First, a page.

About the research
Road authorities rely on accurate and timely road weather and surface condition information provided by road weather information systems (RWIS) to optimize winter maintenance operations and improve the safety and mobility of the traveling public. However, RWIS stations are costly to install and operate and therefore must be placed strategically to accurately monitor the entire highway network. Few guidelines are available for optimizing RWIS networks and thus maximizing return on investment.
This project developed several approaches for determining the optimal location and density of RWIS stations over a regional highway network. To optimize locations, three approaches were developed: surrogate measure-based, cost-benefit-based, and spatial inference-based. The surrogate measure-based method prioritizes locations that have the highest exposure to severe weather and traffic. The cost-benefit-based method explicitly accounts for the potential benefits of an RWIS network in terms of reduced collisions and maintenance costs. The spatial inference-based method maximizes the use of RWIS information to optimize the configuration of an RWIS network. To optimize network density, a cost-benefit-based method and a spatial inference-based method were developed. To demonstrate the applications of the proposed approaches and evaluate existing RWIS networks, four case studies were conducted using data from one Canadian province (Ontario) and three US states (Minnesota, Iowa, and Utah).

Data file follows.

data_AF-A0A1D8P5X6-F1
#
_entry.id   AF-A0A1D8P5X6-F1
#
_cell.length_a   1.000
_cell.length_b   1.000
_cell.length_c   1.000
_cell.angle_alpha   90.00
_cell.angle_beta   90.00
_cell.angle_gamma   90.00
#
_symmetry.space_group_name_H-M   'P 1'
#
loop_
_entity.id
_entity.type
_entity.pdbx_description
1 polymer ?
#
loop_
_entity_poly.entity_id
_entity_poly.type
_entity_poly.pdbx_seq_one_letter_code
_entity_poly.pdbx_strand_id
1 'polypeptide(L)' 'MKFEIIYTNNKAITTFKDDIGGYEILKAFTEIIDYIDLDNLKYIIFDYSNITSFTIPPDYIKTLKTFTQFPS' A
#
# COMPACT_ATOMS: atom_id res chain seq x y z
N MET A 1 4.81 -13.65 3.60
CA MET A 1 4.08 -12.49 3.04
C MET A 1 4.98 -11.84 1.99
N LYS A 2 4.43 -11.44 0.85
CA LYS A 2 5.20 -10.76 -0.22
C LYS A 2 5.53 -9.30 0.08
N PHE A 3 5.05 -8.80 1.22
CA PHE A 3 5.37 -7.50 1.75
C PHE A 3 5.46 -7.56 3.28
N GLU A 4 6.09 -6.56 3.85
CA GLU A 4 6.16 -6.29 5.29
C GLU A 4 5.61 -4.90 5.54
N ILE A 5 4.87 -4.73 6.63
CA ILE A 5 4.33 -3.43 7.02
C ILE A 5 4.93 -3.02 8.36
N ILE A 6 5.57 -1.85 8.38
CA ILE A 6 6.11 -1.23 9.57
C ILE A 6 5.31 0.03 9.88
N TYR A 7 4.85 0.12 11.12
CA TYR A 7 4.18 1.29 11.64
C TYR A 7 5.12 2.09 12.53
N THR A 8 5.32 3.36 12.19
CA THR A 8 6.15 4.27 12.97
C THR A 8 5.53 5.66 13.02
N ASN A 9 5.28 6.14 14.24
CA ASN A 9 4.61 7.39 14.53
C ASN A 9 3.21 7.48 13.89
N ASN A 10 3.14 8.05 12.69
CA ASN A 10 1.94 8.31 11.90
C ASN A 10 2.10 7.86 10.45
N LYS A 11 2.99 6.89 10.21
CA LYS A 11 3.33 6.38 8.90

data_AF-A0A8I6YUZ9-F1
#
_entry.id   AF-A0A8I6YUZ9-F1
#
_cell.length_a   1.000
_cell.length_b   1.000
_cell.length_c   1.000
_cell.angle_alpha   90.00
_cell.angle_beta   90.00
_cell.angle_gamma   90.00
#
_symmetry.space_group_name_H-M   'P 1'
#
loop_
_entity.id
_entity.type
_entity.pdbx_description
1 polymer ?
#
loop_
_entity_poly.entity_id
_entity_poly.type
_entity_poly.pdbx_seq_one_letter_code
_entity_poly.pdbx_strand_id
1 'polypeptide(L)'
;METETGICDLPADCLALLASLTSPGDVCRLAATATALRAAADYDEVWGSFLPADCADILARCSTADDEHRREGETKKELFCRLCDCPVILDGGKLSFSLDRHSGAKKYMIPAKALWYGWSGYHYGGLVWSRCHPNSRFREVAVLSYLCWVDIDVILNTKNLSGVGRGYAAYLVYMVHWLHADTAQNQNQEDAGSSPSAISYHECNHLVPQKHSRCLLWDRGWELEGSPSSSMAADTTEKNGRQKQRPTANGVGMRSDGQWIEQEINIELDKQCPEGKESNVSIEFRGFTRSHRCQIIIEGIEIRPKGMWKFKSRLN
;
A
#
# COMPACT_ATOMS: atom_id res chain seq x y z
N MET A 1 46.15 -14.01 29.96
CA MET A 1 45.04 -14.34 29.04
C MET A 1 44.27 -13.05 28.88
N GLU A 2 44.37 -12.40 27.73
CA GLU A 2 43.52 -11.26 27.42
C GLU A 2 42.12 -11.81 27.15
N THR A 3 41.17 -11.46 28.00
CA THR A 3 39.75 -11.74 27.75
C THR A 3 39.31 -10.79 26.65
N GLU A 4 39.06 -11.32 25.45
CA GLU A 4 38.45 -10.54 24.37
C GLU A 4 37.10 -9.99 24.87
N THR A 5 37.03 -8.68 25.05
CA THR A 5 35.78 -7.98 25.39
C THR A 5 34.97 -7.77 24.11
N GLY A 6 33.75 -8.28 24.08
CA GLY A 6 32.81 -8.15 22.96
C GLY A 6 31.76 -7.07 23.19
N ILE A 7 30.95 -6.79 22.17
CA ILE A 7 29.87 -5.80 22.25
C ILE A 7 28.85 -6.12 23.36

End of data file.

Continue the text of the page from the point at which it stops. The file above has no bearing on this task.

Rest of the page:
It was found that all approaches can be conveniently implemented for real-world applications. The approaches provide alternative ways of incorporating key road weather, traffic, and maintenance factors to optimize the locations and density of RWIS stations in a region; the alternative to use can be decided based on the data and resources available.